W. Scott Bailey
Texas Gov. Rick Perry met on Thursday with a delegation of elected officials and business leaders from California.
The topic of discussion was economic development.
Texas, smelling blood in California, has grabbed companies and jobs from the West Coast state over the last few years.
In fact, San Antonio officials believe that California, which was rocked by the recession, is still ripe for plucking.
So why would Perry want to discuss with officials from the Golden State how Texas has worked to attract jobs and employers to the Lone Star State?
“Ensuring each state is strong individually is not only good for the national economy, it ensures the rest of the states work that much harder to create jobs and prosperity for their citizens,” Perry says.
The team spirit may be good for California’s morale. But it seems odd that Texas officials would want to share any insight or advice of any kind in terms of economic development strategies with one of its competitors — especially one where more companies and jobs can be harvested and potentially shipped to this state.
It wasn’t that long ago, January, in fact, when San Antonio Mayor Julian Castro told the Business Journal: “There is no question that many California companies are receptive to Texas entreaties.”
David Marquez, director of Bexar County Economic Development, has offered similar assessments, explaining earlier this year that he has “great confidence that we will see further success in recruiting companies from California ... .”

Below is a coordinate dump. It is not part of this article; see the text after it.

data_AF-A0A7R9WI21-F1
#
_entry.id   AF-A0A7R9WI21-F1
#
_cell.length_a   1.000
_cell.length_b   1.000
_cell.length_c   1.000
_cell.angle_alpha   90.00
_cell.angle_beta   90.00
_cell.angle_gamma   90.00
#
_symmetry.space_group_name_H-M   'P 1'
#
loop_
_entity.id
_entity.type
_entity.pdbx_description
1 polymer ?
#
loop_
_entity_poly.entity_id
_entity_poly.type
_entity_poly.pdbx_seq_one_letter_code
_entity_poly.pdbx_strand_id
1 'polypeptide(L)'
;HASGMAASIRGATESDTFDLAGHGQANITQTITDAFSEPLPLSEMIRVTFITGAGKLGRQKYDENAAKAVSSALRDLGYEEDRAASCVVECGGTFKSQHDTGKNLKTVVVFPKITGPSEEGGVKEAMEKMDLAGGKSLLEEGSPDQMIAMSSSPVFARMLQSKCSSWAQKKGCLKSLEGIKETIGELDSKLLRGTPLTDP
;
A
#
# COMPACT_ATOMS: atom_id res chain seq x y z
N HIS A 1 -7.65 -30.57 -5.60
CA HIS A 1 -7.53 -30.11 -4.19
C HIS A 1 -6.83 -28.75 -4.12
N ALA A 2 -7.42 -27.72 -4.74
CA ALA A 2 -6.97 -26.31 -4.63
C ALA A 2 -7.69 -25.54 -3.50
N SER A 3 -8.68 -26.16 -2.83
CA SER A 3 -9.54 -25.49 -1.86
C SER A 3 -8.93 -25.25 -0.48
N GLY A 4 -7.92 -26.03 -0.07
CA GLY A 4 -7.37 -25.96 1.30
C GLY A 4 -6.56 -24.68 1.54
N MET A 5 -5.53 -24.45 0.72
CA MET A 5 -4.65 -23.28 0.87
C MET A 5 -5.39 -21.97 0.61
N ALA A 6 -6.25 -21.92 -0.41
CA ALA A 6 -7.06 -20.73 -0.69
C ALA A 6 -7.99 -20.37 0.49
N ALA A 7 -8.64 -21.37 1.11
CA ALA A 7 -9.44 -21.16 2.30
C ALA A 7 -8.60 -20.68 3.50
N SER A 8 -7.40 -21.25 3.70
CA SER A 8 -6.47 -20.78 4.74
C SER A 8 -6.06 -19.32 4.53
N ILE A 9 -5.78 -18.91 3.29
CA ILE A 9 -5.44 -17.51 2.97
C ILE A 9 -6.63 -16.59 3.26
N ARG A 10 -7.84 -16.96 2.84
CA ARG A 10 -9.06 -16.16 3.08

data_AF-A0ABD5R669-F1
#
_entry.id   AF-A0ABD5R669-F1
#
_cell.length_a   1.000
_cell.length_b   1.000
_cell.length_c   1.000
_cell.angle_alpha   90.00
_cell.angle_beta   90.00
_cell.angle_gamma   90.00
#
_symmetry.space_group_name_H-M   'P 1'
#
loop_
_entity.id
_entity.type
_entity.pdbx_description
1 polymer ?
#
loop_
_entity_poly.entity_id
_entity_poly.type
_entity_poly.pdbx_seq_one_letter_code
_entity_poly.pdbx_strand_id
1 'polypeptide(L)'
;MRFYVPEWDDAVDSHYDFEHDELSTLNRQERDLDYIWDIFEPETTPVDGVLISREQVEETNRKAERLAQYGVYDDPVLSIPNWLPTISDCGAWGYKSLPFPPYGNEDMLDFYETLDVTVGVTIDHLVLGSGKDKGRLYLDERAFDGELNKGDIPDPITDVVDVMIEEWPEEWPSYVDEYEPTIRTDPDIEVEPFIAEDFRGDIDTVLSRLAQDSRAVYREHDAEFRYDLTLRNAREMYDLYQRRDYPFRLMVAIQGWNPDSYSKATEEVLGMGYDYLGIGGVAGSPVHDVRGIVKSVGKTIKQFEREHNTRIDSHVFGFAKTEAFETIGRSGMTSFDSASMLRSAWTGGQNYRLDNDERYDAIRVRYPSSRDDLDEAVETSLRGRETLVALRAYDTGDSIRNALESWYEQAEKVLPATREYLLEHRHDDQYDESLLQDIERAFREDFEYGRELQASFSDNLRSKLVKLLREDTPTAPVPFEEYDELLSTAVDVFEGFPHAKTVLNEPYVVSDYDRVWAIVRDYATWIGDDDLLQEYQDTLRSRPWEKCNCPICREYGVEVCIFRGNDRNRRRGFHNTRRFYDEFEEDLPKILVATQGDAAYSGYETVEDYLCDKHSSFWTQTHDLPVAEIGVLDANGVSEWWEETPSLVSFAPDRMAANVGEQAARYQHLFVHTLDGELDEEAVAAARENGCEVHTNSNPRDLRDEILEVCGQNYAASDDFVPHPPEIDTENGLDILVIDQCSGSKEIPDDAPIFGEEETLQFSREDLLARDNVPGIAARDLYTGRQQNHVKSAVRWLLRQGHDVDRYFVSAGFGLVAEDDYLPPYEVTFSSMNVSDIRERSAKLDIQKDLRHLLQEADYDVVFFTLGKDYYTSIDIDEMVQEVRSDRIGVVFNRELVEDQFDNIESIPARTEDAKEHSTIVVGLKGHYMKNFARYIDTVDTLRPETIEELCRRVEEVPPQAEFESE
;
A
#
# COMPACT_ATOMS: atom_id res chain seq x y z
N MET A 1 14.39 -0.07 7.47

California Assemblyman Dan Logue, who led the delegation to Texas, says, “From 2008 to 2010, Texas added more than 165,000 jobs. During that same time period, California lost 1.2 million jobs.
“In terms of creating jobs, Texas is clearly doing something right and California is doing something wrong,” adds Logue, who says his group traveled here in an effort to “find out what we can do differently to help create jobs we desperately need in California.”
Prior to its visit to Texas, the Austin American-Statesman offered this from Logue about the reason for the trip: “We want to meet with the businesses that left California and get a detailed understanding of why they picked up shop, and moved their families and their businesses nearly 2,000 miles away,” Logue said. “We want to understand what really triggered that.”
Couldn’t Perry have politely suggested that the California delegation meet with the folks in Idaho or Nebraska or maybe Minnesota instead?